The local plater is familiar with this sort of work so I’ll probably have them do it in copper or nickel/copper to add 0.002” (adding in the current clearance fit).

Getting further into the engine I found the roller on the timing side… I’ll drop that race today and see how the bore measures.

Ignorance is bliss… I shouldn’t have dug this deep.

Chris

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"Ignorance is bliss… I shouldn’t have dug this deep"
hmmmm I have been waiting for more learned minds than mine to comment, but I cannot help but think "does it bloody matter?"

Given that you can only push it in around half way before it becomes tight, is that tight enough?

Did you measure the bearing to see if the issue, if it actually exists, is there and not the casing? These bearings aren't exactly tight in the first place.
What were the symptoms in the running bike that made you look at the bearing? if the answer is none, then the answer to the question of what to do about it has just answered itself!

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Blown base gasket (again) prompted modification to B50 breathing, while first revealing some light piston seize, then the loose drive side bearing, now also an egg shaped timing side crank bearing bore (0.000” in X, -0.002” in Y), and finally a very loose (+0.0025”) main shaft high gear bearing bore.

Poor engine. Time to get creative.

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The easy solution is another set of cases and not so hard a find. I gave a set away when I parted with my last B44.

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Originally Posted by Chris Johnson
Blown base gasket (again) prompted modification to B50 breathing, while first revealing some light piston seize, then the loose drive side bearing, now also an egg shaped timing side crank bearing bore (0.000” in X, -0.002” in Y), and finally a very loose (+0.0025”) main shaft high gear bearing bore.

Poor engine. Time to get creative.

Chris
Well that told me!
yep I agree with Mr Mike, time for new cases at a minimum. The "light piston seize" would also have me worried, the slightly loose drive side bearing seems to be the least of your worries!
"poor engine" I agree, what has happened to the little thing? no oil?

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Lol but it’s numbers matching!

High compression, too much timing, round barrel, every trail is a steep uphill from home, high ambient temps… it all adds up. The previous piston had a more painful death, this one’s practically new still… new rings, more clearance, no problem.

Chris

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Don't let the nay-sayers wear you down. Repair of the main bearing housing is hardly a reason to toss out a case, even if it weren't numbers matching. Plus, you'd still have to machine the top to get the "new" case aligned with the old one.

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Both halves need help. I might try the Speedi-sleeves at this point.

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GEt it measured very carefully to see exactly how much wear is in the cases before you start , particulalry the furthest from the crank axis
It could be a case of machining to take a differnt bearing


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One effect of living somewhat remotely as I do, "readily available" isn't a thing, . Attending "swap meets" would be a tad pointless as I own the only B44s in the country. Here we are forced to actually repair things. This means we have people who CAN actually repair things. The machine shops here, would weld up the holes then re machine new ones. Although they rarely work on ancient bikes, beat up wrecks of cars that elsewhere would have been long consigned to the wrecker's yard are their daily fodder so consequently not only are they well versed in this kind of work, they are also very cheap. I would expect to pay perhaps $75us for this work. Our nation has a population of less that 100,000 yet we have at least 4 shops that would do the work. I suspect in more "civilized", disposable, regions finding someone who is both experienced and cheap could be challenging.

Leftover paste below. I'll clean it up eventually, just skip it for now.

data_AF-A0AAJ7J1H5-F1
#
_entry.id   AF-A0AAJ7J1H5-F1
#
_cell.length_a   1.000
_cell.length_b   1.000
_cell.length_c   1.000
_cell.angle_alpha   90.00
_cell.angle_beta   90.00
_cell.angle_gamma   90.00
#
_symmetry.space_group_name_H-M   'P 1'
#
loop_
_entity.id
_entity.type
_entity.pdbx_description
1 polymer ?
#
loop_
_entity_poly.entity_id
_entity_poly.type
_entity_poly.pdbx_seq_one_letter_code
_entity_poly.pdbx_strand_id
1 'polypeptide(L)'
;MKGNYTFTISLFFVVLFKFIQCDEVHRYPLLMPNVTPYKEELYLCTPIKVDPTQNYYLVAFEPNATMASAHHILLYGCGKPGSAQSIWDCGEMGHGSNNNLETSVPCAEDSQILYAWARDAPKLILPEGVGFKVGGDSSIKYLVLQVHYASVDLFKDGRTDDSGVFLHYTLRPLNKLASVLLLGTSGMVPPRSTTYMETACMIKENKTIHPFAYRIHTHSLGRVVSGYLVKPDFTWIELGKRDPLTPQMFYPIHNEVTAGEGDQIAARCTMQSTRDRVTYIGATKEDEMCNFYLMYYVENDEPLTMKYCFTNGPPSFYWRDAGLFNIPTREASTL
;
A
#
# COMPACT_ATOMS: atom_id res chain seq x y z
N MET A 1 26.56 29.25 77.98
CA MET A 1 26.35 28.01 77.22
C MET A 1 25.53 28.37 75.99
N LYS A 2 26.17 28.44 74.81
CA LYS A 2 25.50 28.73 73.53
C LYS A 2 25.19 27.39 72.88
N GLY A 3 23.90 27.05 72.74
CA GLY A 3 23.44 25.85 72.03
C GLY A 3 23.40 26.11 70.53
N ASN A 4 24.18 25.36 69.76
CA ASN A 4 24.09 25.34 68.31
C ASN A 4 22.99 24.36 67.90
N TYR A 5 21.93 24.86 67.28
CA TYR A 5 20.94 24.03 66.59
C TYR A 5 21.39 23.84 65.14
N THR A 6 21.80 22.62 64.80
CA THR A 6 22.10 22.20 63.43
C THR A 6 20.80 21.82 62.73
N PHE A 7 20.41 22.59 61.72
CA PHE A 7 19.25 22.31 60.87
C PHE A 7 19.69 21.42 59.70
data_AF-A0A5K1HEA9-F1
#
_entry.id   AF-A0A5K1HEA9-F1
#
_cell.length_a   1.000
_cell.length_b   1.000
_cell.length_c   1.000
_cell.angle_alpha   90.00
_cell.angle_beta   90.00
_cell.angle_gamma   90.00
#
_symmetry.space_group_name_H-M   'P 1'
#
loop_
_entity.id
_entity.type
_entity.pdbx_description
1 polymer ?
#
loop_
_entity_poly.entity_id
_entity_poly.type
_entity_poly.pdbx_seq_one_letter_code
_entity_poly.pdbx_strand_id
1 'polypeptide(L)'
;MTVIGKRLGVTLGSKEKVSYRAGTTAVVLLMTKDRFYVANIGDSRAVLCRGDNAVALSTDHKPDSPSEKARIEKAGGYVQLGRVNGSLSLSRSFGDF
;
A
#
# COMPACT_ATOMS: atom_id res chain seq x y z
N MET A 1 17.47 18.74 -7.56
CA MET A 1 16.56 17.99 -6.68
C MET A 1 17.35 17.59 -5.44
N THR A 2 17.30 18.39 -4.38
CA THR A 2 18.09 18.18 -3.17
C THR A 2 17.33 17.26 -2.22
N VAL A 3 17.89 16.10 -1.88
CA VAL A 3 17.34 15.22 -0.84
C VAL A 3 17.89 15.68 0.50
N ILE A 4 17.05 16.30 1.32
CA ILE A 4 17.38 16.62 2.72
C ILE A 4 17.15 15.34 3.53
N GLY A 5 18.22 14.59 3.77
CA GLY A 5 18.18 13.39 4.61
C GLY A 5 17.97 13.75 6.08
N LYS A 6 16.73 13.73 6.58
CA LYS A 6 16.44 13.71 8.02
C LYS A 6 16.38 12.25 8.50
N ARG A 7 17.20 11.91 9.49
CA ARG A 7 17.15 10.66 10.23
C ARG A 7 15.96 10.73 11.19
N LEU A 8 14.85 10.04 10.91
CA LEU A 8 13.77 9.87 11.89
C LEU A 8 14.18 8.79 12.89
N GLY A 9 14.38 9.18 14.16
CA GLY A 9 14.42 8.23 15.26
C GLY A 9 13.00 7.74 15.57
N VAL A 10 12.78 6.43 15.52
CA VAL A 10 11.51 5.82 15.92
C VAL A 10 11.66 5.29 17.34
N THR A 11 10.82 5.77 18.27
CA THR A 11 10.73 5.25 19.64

My previous statements of "time for new cases" was said partially in envy .... I wouldn't, and didn't have the option!

I am somewhat intrigued though as to why both bearing housings are screwed ........ could the crank be out of true?

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Tell ya what i did.......... driveside roller Main A65 loose on brg OD ..... i got some suitable bronze shim ( probably around 0.002" ) and cut 3 strips length of brg outer race thickness ,,(maybe 12-14 wide), bent a 90 degree return on them , help them in place 120 degrees apart with just a drop of locktie ... refitted the brg outer and proceeded to run it like that for 40k ? miles and counting.

nothing as good as a temporary fix that works ....

sure you can shag around doing the definitive repair, whilst debating microns, or you can spend nothing and hold the outer firmly


"There's the way it ought to be and there's the way it is" (Sgt Barnes)
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Loctite 620 bearing mount might work in a pinch, rated well enough to consider especially with Ignoramus's shims (if it blows after 10,000 miles, then rebuild with better shims) 450 F rating (for an indeterminate time). About $20 US. No guarantee it will work. Sometimes if baling wire gets me home... Plus if you just putt about for smokes. No full throttle standing starts, no hill climb record attempts or what not.. Drive like I do. Drive like gran ma etc. No expectation of a concourse trophy. Just an old putt. LOL

A bearing is available .5 mm OD oversize. A fairly easy machinist job on the timing side since one axis is .000 out.in relation to the existing bearing. The drive side should not be too hard to align since .0005 is about there any how. A good machinist will check alignment with both cases bolted together. Dave martin's comment about the possibility of the crank being untrue is an easy machinist check. All of course assuming a real machinist is doing the work with the training, experience and tools. A worn arbor will make things worse, right? If you want to kick a lot of sand, then no loctite.

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Half a thou?
You're havin' a laugh if you think a single dowel and half a dozen bolts
will hold two sand cast ally cases within half a thou.
That's why line boring etc is only an idealism. Once you've taken them
apart a couple of thou is more realistic.